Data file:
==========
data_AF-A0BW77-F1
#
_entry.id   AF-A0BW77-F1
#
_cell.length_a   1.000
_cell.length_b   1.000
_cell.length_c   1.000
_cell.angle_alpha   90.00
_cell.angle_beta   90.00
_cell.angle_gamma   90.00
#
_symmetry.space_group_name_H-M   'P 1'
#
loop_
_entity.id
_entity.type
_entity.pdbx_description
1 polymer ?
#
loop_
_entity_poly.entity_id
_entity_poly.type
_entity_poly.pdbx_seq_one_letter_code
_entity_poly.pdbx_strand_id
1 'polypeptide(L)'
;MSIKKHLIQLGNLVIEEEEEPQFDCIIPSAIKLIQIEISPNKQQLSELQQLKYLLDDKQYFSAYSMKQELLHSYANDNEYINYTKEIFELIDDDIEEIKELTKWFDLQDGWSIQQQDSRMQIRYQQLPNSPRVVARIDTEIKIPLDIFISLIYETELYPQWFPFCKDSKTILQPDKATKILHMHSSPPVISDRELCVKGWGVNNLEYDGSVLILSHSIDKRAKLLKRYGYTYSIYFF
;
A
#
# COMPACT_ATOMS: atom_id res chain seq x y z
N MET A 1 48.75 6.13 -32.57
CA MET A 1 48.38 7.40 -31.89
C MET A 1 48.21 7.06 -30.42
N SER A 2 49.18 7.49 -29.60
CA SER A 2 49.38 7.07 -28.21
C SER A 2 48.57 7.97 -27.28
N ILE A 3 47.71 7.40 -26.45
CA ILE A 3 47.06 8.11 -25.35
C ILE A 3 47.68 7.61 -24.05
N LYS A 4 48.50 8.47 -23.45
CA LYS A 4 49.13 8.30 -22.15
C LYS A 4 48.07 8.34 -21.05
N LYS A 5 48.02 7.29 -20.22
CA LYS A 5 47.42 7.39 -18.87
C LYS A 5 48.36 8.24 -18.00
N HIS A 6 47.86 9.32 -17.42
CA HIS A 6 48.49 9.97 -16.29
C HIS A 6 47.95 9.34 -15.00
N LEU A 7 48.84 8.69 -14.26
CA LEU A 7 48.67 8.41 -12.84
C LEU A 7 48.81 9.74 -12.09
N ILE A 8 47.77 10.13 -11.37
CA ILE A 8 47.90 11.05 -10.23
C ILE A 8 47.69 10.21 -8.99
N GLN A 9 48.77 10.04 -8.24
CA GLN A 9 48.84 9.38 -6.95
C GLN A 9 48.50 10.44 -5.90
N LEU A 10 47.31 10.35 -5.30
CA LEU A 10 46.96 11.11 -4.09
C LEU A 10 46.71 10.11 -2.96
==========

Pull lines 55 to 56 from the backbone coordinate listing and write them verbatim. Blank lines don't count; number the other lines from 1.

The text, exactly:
N GLN A 9 48.77 10.04 -8.24
CA GLN A 9 48.84 9.38 -6.95